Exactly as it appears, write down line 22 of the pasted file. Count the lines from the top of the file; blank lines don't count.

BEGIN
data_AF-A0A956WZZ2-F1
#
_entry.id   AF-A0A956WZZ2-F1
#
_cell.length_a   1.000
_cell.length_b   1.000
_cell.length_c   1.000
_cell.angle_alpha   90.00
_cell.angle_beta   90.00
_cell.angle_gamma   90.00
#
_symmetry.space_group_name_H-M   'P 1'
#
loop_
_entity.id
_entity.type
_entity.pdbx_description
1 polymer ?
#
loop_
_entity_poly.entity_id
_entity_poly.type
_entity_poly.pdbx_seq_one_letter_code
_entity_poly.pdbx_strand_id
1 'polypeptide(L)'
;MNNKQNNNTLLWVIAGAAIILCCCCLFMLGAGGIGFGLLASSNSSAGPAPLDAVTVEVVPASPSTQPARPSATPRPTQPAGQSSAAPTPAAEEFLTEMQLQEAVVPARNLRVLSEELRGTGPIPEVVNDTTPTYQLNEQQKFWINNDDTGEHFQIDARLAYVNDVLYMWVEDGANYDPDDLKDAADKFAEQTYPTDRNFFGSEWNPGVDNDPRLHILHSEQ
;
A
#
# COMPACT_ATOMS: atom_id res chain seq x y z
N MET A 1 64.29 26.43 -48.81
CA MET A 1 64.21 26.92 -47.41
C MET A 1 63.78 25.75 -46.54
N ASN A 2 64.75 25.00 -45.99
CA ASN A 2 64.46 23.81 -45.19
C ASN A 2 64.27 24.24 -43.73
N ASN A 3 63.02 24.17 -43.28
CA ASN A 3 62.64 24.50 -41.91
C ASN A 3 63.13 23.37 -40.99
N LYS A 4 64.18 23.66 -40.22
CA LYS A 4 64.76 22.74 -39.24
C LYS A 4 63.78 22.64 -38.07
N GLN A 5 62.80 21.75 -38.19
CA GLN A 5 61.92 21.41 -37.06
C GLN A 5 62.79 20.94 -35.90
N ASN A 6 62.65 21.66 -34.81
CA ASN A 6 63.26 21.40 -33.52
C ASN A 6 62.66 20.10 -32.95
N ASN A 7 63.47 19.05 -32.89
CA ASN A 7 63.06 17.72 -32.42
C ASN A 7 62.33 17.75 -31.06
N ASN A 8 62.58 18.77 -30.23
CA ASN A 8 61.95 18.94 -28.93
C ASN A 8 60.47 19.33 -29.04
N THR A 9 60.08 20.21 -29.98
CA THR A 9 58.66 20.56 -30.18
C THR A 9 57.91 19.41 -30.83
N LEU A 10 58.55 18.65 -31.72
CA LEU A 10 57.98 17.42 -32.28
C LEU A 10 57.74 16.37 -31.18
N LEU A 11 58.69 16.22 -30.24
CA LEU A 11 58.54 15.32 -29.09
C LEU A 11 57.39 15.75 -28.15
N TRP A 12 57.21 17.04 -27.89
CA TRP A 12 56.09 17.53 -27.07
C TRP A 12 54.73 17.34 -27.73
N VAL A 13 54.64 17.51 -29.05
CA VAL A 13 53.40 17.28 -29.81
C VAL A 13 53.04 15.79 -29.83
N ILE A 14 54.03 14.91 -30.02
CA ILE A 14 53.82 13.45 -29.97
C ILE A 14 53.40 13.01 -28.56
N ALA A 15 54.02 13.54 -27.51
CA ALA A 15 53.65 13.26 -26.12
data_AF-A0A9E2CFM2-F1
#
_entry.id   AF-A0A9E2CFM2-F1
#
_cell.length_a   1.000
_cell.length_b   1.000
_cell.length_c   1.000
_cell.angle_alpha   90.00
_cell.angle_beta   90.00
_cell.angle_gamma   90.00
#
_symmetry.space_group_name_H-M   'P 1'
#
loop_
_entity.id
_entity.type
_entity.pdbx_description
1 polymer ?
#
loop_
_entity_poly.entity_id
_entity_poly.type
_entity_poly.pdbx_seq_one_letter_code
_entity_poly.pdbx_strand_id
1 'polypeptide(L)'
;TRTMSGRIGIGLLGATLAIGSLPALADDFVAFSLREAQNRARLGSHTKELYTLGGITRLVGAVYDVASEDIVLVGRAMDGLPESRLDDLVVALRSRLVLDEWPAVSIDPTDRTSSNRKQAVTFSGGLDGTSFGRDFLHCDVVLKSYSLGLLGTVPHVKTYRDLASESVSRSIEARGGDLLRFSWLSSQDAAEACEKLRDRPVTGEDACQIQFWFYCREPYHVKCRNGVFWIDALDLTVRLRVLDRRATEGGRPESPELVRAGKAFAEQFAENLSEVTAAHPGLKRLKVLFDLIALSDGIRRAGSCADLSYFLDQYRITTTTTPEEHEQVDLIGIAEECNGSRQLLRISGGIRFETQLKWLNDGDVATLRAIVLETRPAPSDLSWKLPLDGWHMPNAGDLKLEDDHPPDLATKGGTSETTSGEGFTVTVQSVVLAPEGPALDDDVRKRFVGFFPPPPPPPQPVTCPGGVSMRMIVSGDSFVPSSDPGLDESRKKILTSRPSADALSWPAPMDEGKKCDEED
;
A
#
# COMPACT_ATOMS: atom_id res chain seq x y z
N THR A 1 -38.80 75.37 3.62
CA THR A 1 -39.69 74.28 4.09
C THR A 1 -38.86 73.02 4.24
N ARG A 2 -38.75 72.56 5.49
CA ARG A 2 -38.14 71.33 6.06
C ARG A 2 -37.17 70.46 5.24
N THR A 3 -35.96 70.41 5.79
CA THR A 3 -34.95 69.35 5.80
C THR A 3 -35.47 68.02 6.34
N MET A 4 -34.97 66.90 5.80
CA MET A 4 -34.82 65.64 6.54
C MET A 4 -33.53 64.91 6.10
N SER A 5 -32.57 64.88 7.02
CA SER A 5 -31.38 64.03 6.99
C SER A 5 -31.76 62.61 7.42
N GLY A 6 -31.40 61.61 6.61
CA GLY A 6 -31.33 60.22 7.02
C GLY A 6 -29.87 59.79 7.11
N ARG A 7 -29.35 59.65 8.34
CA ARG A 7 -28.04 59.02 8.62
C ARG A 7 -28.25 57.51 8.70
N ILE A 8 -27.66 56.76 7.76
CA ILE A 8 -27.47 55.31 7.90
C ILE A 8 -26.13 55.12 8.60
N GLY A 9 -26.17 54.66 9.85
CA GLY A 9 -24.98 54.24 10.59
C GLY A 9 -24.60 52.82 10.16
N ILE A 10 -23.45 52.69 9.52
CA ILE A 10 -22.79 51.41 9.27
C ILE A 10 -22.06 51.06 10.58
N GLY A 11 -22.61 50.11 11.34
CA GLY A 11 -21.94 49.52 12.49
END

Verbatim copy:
_entity_poly.type